Of course, you can increase the output current as compared to the input current with a switching regulator. It acts similar to a transformer to convert a higher voltage at a low current to a lower voltage at a higher current. But you still can't get more power out than power in (VA out can never be more than VA in). And you will lose some power in the conversion process (switching regulators are typically 80-90% efficient) so output power is always some less than input power.
 

Lestraveled

Joined May 19, 2014
1,946
The main disadvantage of that approach to increasing current as compared to paralleling regulators is that you lose the short-circuit and over-temperature protection of the regulator.
True. You give up something, to gain something else. My personal experience with this circuit is that it is very robust.

Mark
 

crutschow

Joined Mar 14, 2008
24,316
Sorry I deleted this message before I realized someone had already responded to it. I deleted it because, after doing some simulations, I realized that LM317s don't parallel well due to their significant reference voltage tolerance.

Prior Deleted Post:
The main disadvantage of that approach to increasing current as compared to paralleling regulators is that you lose the short-circuit and over-temperature protection of the regulator.
 

crutschow

Joined Mar 14, 2008
24,316
I did find something interesting in my simulation of the boost circuit (below), similar to that shown in post #6. If you use a value of about 0.8Ω for R3 and .04Ω as an emitter resistor (R5) than the LM317 current limit will also limit the current of the D45H1 10A transistor to <9A (with a 10V source). That should be sufficient to protect the transistor against momentary short circuits at least.

Of course how well that reflects the real circuit depends upon how close the LM317 and transistor models are to the real devices. Some tweaking of R3 and R5 will likely be needed to get the desired current limit.

LM317 Boost.gif
 

THE_RB

Joined Feb 11, 2008
5,438
One of the regulars here recently mentioned making a PSU with 3 LM317's paralleled, that he said had worked fine for many years.

Probably the wiring and internal resistance of the devices was enough to share the load well enough.
 

MrAl

Joined Jun 17, 2014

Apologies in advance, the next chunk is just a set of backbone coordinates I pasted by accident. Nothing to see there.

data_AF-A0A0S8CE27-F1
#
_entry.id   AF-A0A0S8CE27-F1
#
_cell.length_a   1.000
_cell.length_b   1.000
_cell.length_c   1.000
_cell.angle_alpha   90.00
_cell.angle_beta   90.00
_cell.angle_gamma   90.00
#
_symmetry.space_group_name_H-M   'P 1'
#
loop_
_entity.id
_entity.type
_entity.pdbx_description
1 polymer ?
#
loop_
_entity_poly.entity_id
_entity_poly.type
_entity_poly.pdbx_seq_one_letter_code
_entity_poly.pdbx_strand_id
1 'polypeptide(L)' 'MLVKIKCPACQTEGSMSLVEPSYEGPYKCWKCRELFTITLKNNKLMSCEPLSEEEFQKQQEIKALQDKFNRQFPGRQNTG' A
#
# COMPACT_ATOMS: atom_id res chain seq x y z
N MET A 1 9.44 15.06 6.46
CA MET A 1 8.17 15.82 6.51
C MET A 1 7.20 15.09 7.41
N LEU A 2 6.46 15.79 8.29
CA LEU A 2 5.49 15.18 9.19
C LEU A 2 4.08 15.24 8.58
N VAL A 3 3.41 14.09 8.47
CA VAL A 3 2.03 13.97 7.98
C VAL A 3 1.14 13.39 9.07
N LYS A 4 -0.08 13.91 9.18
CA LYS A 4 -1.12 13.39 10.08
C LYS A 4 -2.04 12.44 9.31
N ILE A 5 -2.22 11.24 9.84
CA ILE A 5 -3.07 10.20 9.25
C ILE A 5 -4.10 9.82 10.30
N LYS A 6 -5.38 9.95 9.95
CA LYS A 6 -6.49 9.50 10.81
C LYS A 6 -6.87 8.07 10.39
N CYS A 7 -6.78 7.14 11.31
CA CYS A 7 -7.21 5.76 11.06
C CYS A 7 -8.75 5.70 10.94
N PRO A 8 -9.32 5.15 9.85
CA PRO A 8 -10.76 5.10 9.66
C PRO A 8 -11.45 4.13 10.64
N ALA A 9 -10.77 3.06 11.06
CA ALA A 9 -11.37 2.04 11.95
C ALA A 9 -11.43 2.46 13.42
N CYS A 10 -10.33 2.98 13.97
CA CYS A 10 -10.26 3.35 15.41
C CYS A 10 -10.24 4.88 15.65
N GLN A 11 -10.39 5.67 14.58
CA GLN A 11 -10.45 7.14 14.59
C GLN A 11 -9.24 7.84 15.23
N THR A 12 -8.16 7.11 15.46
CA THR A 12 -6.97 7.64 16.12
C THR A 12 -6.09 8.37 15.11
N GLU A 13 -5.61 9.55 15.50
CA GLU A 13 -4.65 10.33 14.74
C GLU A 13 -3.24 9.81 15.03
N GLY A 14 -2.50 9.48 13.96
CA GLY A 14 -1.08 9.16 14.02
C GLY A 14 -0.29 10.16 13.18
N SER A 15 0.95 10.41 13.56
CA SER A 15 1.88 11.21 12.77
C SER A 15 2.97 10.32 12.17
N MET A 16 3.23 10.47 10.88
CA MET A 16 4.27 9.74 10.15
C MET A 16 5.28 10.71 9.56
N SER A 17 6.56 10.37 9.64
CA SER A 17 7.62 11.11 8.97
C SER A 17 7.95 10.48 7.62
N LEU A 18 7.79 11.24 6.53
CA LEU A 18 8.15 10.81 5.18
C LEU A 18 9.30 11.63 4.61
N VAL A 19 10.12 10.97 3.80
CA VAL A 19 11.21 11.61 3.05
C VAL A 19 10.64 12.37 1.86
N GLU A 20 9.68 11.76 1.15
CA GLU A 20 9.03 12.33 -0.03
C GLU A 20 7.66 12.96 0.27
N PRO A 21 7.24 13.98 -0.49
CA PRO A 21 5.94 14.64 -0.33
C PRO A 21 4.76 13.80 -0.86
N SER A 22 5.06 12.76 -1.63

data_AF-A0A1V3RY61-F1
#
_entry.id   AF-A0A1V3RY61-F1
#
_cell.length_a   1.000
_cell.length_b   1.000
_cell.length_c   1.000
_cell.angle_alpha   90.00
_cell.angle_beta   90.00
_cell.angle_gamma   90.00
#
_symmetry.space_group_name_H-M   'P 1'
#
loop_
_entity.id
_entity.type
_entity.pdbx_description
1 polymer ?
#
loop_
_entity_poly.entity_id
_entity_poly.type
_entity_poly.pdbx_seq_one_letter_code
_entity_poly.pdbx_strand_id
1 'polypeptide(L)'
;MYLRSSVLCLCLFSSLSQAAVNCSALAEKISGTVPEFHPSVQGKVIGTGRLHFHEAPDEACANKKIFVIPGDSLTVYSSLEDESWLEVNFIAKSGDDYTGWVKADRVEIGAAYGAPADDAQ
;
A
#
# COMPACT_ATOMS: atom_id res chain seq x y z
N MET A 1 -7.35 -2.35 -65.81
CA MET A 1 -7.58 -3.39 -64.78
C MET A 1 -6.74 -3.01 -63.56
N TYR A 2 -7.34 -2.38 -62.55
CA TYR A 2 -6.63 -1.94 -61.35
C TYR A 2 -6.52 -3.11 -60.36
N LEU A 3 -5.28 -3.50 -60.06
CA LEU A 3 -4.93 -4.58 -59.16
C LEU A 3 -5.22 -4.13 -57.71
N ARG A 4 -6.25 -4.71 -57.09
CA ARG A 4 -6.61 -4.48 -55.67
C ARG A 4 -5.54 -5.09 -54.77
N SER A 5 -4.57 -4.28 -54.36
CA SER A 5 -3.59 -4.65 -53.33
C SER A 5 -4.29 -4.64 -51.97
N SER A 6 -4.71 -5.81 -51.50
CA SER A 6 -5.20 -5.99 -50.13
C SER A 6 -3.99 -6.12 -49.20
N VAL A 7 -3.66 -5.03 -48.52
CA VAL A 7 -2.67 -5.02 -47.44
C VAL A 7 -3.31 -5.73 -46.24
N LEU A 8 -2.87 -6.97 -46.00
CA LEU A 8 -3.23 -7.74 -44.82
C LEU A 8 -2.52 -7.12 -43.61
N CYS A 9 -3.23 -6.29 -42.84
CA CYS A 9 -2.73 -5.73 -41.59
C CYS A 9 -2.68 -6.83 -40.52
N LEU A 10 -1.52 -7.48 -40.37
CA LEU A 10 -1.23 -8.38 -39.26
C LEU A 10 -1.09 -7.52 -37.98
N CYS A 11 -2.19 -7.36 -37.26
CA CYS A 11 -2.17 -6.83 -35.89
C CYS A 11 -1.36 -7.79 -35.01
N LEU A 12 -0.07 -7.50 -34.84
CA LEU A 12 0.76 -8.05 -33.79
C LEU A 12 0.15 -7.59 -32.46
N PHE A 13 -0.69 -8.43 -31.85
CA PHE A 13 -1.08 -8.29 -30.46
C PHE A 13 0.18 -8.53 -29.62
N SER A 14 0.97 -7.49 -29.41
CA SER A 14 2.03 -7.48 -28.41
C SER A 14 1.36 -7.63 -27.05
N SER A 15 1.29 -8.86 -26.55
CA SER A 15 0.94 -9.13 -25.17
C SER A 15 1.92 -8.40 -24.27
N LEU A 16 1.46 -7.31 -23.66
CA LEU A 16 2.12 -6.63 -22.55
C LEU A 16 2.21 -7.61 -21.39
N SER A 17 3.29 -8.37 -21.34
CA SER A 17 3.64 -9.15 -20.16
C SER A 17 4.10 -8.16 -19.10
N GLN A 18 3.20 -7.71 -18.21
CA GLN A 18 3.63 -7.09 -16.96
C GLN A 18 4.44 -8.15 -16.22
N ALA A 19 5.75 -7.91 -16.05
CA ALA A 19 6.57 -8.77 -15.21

7,109
Hi,

Using a Buck regulator you can get more current out than the current in, but you need to have more voltage in than you have out then.

For example, if you have a DC wall wart that can put out 1 amp at 10 volts and your regulator puts out 5 volts, then with a buck you can get almost twice as much current out. It wont be twice as much because the buck converter is not 100 percent efficient, but you get the idea. If you want twice the output current then you need more than twice the input voltage. If you want three times the current out, then you need more than three times the input voltage.

So the formula then is:
Vin=(Vout/eff)*Iout/Iin

where 'eff' is the efficiency of the converter, and Iin is less than Iout.

Using the above, an 80% efficient buck with a 5v output at 2 amps requires 1 amp input at a voltage of:
Vin=(5/0.8)*2/1=12.5 volts input at 1 amp.
 
Last edited:

Lestraveled

Joined May 19, 2014
1,946
D1 and D3 are protection diodes so 1N4007 (1 amp) diodes are the smallest I would go. D2 can also be a 1N4007.

2R2 is a notation for low value resistors. 2R2 = 2.2 ohms. The R is a decimal point.
 

Lestraveled

Joined May 19, 2014
1,946
I assume you mean the wattage rating of R4 and R5. Each will see half of the output current, so use the equation, W = I * I * R. Use the next higher wattage resistor.
 

beic

Joined Jun 13, 2016
22
There is a very simple way to increase the current output of a LM317 with an external transistor. The circuit is in one or two of the common data sheets (TI/Fairchild). I have used it with two 2n3055 to make a 10 amp supply.

Mark
Can I get that schematics of 2N3055, please?! and can it be done to be regulated with 5k pot. trough R2?